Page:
Researchers from the Auckland University of Technology have found the safest distance to fly drones over marine mammals.
AUT conservation biologist, Associate Professor Barbara Bollard, and Master of Science student Ticiana Fetterman wanted to understand whether marine wildlife is stressed or disrupted by drone use.
In consultation with the Department of Conservation, they researched a pod of bottlenose dolphins off Great Barrier Island, in Auckland's Hauraki Gulf.
Fetterman conducted boat-based surveys to assess short-term responses of resting bottlenose dolphins to a lightweight vertical take-off and landing UAV flown at altitudes of 10, 25 and 40 meters.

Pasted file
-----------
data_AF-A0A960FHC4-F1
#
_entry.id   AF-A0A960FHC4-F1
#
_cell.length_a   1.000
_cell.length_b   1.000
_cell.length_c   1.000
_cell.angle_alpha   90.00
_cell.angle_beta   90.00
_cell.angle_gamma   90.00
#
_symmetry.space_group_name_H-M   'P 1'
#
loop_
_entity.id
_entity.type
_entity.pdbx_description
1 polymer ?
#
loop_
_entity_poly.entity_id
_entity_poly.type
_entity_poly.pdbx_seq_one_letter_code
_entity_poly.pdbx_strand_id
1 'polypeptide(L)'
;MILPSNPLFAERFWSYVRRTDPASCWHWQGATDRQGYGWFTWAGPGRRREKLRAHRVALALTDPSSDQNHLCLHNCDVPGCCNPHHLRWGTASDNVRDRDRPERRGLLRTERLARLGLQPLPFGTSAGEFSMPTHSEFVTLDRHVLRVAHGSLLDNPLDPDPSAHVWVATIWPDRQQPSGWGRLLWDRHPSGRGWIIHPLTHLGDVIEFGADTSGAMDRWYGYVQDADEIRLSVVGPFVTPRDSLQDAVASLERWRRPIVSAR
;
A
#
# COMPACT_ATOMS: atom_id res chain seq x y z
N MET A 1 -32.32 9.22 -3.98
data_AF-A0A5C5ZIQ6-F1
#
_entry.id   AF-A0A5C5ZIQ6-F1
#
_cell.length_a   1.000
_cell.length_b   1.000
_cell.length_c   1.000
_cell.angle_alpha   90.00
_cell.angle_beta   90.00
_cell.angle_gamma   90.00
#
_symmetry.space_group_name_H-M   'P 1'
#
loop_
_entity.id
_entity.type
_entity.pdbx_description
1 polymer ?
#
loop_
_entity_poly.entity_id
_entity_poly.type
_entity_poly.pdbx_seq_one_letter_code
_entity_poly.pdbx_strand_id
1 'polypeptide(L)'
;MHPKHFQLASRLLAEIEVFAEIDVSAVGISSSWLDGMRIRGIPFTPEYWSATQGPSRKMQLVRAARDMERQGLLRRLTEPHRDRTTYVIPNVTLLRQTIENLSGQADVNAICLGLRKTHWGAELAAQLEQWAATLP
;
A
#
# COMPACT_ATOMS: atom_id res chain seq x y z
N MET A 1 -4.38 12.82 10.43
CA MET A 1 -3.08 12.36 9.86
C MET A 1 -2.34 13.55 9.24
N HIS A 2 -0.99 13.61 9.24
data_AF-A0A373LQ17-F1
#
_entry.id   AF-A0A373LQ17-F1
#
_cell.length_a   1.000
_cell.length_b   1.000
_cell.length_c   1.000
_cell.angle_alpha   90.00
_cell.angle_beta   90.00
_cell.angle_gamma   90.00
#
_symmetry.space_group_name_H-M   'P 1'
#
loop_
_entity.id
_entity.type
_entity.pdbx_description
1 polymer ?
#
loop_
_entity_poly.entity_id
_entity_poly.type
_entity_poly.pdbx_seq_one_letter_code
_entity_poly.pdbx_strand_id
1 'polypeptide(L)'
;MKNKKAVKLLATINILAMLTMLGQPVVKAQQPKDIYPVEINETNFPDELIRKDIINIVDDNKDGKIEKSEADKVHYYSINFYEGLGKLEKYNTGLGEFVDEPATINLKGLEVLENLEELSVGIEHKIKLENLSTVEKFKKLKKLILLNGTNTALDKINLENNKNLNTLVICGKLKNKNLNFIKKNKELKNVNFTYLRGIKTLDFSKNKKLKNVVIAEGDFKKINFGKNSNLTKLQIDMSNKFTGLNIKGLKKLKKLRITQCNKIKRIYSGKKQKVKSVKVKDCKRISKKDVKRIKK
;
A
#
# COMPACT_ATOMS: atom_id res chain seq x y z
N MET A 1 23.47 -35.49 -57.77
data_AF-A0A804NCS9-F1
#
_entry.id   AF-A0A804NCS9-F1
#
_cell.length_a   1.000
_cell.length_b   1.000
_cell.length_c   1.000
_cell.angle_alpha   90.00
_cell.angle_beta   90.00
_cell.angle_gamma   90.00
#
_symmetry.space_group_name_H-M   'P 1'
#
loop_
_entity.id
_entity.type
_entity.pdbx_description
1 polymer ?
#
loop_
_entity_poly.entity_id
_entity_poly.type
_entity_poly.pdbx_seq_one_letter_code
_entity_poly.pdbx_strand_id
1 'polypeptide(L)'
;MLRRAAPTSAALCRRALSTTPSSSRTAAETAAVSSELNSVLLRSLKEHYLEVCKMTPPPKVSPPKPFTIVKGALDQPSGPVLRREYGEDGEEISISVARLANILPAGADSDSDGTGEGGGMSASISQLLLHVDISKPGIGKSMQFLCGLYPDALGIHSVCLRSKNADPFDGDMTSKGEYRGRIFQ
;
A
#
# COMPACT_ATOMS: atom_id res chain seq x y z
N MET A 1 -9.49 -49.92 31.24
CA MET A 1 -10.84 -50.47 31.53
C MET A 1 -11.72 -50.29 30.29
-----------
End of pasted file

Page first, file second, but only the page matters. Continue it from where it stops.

Changes to the group's swimming direction and frequencies of above-water activity, including jumping out of the water, were recorded from an anchored research vessel before (as a control) and during the use of the UAV.
Dr. Bollard says, when dolphins are stressed, they slap their tails, chin slap the water and the pod changes direction to avoid the drone. Recordings of this behavior increased significantly when the UAV was flown at 10 meters over the animals.
The behavior was reduced in a buffer zone of 10 to 25 meters and there was no significant detection with the aircraft at 25 meters and above.
The findings have been published in the journal Scientific Reports and will be used by marine researchers worldwide.
Dr. Bollard says although the study was on dolphins, the findings inform best practice for all marine mammals.